Touchless environment for image manipulation and X-ray acquisition may enhance the current infection control measure during X-ray examination simply by avoiding any touch on the control panel. The present study is intended at designing and performing a trial experiment on using motion-sensing technology to perform image manipulation and X-ray acquisition function (the activities a radiographer frequently performs during an X-ray examination) under an experimental setup. Based on the author’s clinical experience, several gesture commands were designed carefully to complete a single X-ray examination. Four radiographers were randomly recruited for the study. They were asked to perform gesture commands in front of a computer integrated with a gesture-based touchless controller. The translational movements of the tip of their thumb and index finger while performing different gesture commands were recorded for analysis. Although individual operators were free to decide the extent of movement and the speed at which their fingers and thumbs moved while performing these gesture commands, the result of our study demonstrated that all operators could perform our proposed gesture commands with good consistency, suggesting that motion-sensing technology could, in practice, be integrated into radiographic examinations. To summarize, although the implementation of motion-sensing technology as an input command in radiographic examination might inevitably slow down the examination throughput considering that extra procedural steps are required to trigger specific gesture commands in sequence, it is advantageous in minimizing the potential of the pathogen contamination during image operation and image processing that leads to cross infection.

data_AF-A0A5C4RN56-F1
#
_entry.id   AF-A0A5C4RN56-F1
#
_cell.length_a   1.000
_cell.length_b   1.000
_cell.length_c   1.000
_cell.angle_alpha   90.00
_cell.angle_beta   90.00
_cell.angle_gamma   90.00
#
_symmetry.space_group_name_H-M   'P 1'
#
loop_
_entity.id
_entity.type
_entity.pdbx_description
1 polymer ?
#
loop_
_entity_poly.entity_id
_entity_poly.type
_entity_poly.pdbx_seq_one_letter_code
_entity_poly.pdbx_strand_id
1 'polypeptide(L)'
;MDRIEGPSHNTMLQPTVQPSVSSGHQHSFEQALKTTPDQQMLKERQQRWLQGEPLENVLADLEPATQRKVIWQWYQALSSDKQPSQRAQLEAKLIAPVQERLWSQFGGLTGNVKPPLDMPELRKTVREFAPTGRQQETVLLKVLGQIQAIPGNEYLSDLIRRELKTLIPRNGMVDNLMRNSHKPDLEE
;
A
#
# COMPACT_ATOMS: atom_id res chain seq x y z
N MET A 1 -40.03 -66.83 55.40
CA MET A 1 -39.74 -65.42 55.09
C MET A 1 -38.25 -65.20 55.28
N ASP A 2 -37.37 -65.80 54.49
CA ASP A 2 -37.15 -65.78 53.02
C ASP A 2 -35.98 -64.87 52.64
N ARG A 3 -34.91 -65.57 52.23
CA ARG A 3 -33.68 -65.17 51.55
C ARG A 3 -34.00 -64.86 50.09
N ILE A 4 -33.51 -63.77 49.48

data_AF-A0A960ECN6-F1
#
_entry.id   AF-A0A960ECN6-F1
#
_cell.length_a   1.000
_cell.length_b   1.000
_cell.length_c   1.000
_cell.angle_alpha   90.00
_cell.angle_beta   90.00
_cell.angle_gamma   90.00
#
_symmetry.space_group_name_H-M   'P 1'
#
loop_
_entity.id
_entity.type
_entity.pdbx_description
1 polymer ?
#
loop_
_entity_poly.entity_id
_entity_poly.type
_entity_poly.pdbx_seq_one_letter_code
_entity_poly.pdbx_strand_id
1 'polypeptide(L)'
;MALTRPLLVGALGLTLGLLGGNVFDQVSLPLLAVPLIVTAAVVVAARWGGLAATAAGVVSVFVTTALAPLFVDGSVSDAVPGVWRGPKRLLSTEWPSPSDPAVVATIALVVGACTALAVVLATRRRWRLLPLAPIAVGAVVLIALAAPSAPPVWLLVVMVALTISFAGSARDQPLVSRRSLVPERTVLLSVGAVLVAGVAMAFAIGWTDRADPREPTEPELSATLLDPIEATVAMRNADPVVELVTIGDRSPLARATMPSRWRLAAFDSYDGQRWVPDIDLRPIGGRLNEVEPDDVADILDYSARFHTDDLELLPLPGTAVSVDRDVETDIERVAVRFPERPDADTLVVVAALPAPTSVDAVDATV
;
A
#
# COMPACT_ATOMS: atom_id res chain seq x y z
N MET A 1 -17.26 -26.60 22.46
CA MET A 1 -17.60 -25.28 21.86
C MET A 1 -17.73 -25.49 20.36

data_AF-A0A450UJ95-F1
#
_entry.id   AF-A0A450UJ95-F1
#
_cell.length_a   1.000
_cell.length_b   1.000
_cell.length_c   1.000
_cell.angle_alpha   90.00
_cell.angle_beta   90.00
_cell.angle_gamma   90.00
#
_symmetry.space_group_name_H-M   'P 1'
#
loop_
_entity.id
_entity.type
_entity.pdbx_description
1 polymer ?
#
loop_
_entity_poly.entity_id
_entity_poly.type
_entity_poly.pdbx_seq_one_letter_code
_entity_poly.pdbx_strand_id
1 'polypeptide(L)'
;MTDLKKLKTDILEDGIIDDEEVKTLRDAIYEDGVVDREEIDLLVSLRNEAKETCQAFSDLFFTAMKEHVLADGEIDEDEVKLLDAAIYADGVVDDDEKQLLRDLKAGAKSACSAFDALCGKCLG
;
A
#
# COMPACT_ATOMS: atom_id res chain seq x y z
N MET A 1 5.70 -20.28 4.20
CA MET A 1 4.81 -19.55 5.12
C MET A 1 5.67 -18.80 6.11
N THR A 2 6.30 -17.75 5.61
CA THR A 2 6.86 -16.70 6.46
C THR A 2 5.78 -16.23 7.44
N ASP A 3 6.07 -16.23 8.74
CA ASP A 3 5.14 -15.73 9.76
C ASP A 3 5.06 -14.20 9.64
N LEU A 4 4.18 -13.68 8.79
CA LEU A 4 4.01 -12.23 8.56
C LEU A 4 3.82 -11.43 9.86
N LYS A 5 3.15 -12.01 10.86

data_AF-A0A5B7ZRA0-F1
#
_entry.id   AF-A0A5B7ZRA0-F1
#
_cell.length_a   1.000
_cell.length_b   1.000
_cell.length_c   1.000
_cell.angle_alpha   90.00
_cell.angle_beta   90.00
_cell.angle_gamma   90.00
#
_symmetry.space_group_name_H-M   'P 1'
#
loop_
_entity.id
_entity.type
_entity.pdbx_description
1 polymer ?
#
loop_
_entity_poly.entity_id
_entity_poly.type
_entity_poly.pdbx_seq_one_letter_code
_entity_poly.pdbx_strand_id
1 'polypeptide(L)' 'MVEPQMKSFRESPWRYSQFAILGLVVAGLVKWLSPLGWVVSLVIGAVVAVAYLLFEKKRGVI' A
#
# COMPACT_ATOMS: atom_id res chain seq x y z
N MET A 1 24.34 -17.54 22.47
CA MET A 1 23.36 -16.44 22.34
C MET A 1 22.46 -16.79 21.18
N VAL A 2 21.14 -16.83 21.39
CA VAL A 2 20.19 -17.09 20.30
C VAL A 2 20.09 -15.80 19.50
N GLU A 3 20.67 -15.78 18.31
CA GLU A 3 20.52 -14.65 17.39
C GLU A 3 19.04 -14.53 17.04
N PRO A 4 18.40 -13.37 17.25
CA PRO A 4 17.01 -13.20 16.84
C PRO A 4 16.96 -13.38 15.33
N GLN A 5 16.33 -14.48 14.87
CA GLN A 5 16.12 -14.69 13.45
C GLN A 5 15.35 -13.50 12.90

- Gesture command
- Infection control
- Motion-sensing technology
- Radiology department
ASJC Scopus subject areas
- Physical Therapy, Sports Therapy and Rehabilitation
- Radiology Nuclear Medicine and imaging